Ringo Starr and the Roundheads with guest Colin Hay, at Genesee Theatre, Waukegan, Illinois, June 24th, 2005

REVIEW by Mark Drobnick (06-27-2005)

Beatle Ringo Starr and his musicians brought down the house, Friday, June 24th, at the recently renovated, Genesee Theatre, here, in Waukegan, Illinois. Ringo declared the acoustics “great”, and indeed they were, the mix right, the volume appropriate, so that PBS’ Soundstage was enabled to record the event flawlessly, for this {a future} Thursday’s broadcast. Twenty-one songs over one hour and forty-five minutes began and ended punctually, and were interpreted constantly, throughout.

Having guest Colin Hay integrated into, segued in and out, a couple of times, was a novel and successful approach to including a “warm-up” band. However, the crowd needed no warm-up, when at 8:00 p.m., Mr. Richard Starkey took the stage. The crowd was all ready for non-stop Ringo, from the get-go. Performer and crowd intermeshed in perfect “synchronicity”, feeding one upon another; us, bouncing to his music; he, reacting to our appreciation. And the fan uniform? Why, half the audience members wore some kind of memorabilia, Ringo T-shirts of some shape and form, adornments, Ringo license plates, etc. His fans came psyched and prepared.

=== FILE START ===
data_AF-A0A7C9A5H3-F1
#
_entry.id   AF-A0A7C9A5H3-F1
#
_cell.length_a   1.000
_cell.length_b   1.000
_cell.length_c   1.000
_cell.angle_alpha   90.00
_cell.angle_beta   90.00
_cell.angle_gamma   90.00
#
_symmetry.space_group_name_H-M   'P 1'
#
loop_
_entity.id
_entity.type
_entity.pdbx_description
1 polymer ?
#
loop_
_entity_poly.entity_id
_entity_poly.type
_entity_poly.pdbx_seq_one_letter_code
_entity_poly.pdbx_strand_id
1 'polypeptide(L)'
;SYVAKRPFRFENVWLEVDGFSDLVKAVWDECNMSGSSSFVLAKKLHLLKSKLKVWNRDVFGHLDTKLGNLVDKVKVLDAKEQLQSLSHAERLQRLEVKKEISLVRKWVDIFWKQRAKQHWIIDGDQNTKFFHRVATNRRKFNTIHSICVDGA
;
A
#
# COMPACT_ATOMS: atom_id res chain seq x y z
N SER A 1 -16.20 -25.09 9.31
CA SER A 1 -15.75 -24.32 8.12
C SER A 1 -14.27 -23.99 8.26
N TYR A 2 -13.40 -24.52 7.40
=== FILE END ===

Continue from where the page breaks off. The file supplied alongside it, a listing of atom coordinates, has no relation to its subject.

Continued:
Most of the songs that night, his fans (including myself), knew by heart. So, Ringo received ample, back-up sing-along, as to both stanzas and chorus, for standards like, “Little Help from My Friends”, “It Don’t Come Easy”, “Octopus’ Garden”, “Wanna Be Your Man”, “Photograph”, “Boys”, “Act Naturally”, and “Yellow Submarine”.

Coincidentally, chronologically, Beatle Paul’s “When I’m Sixty-four” could have been an appropriate inclusion. But, another reality is that Ringo looks and acts as if he was twenty years younger than he is. So that, even the fans present who have been fortunate enough to have followed him since the Beatles became well-known, four decades ago, all felt and behaved as enthusiastic, euphoric teen-agers, during last Friday’s concert.